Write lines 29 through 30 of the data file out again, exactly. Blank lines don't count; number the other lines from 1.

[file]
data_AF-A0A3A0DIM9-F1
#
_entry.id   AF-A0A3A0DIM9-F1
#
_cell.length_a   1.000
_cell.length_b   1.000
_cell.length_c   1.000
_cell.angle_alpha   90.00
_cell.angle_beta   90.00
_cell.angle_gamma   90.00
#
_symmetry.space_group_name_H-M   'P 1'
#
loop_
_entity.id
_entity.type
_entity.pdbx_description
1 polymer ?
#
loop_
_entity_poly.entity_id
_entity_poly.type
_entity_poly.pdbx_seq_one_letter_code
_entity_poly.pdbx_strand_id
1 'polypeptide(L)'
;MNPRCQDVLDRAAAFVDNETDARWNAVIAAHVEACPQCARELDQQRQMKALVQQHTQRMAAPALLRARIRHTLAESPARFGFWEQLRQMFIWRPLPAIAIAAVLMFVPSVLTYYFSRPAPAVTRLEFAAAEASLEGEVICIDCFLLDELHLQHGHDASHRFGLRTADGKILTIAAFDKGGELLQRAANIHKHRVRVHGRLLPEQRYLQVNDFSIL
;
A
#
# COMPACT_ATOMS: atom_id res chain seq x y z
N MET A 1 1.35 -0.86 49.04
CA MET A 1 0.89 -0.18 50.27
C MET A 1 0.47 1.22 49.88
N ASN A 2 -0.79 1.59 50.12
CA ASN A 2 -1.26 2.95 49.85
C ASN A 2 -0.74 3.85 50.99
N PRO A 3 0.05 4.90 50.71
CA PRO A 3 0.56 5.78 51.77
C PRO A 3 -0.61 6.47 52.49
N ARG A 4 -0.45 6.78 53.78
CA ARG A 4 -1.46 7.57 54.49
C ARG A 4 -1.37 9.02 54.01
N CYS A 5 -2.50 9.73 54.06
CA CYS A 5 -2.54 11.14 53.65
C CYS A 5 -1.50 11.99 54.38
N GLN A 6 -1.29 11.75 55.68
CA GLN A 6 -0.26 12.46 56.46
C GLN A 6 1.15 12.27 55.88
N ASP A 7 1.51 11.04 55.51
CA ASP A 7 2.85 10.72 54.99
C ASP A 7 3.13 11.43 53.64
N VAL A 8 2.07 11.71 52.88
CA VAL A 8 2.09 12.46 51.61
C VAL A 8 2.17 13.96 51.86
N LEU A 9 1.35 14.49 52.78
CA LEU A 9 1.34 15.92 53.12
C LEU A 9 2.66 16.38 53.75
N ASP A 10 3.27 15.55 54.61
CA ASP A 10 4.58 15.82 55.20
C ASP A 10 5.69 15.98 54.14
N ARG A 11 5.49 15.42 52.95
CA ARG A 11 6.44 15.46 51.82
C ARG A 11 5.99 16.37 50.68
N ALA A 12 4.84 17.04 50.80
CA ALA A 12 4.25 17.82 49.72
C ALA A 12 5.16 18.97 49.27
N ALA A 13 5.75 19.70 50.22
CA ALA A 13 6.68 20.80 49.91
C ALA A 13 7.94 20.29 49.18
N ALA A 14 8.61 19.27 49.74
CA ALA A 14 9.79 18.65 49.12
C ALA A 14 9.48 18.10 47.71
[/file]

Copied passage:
#
# COMPACT_ATOMS: atom_id res chain seq x y z